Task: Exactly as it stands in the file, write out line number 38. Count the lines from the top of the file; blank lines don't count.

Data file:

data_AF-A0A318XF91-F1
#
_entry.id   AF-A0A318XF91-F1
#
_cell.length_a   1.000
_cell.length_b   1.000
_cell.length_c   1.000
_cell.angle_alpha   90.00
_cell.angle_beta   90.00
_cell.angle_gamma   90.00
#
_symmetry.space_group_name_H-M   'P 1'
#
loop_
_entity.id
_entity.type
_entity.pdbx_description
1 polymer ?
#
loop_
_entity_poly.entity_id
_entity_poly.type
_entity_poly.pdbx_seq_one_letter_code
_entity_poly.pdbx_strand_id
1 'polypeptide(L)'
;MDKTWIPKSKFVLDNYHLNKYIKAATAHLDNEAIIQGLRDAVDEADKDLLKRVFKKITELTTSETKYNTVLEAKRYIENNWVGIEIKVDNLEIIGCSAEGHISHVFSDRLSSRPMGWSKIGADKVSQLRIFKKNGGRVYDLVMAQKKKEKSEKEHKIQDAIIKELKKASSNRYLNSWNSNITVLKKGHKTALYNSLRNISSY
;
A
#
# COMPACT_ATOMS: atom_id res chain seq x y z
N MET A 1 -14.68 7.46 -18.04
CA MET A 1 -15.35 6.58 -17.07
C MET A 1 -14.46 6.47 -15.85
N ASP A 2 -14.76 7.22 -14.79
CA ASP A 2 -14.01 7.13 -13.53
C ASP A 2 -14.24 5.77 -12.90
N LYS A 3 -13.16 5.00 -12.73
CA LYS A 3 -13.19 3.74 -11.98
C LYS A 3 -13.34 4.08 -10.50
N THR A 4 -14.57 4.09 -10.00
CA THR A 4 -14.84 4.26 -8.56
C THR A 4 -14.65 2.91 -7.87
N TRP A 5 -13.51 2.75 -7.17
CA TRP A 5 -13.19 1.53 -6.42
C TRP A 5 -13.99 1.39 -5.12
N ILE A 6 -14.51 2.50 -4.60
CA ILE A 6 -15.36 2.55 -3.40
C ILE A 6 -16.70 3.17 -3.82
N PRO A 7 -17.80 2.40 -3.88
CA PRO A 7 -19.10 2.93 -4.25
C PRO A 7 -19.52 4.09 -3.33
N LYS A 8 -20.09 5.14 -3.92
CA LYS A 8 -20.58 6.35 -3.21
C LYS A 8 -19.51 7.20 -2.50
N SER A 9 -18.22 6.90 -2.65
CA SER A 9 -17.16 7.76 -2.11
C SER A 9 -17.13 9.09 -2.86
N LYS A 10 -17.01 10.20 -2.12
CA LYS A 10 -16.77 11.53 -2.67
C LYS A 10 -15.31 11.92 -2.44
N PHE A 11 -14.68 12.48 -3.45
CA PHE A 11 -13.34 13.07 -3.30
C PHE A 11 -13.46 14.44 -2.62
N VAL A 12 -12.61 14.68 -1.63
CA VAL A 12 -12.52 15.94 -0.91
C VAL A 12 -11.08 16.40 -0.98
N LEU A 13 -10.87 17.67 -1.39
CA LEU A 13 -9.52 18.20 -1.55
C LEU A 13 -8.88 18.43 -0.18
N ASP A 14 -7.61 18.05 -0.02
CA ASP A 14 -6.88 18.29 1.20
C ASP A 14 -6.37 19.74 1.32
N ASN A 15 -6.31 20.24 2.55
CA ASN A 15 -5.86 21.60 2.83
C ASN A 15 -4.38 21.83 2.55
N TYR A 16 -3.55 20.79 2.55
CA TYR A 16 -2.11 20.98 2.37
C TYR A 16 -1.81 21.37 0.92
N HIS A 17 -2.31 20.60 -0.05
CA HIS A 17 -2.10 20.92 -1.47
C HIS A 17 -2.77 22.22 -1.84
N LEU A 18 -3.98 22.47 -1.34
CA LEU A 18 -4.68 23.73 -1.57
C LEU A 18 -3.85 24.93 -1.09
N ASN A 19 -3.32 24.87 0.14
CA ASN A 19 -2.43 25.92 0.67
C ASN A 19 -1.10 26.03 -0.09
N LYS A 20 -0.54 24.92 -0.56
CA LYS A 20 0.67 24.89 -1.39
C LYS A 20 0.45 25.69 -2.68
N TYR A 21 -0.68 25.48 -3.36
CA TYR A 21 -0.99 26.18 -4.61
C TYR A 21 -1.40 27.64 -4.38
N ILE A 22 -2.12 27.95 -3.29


CA LYS A 3 -13.19 3.74 -11.98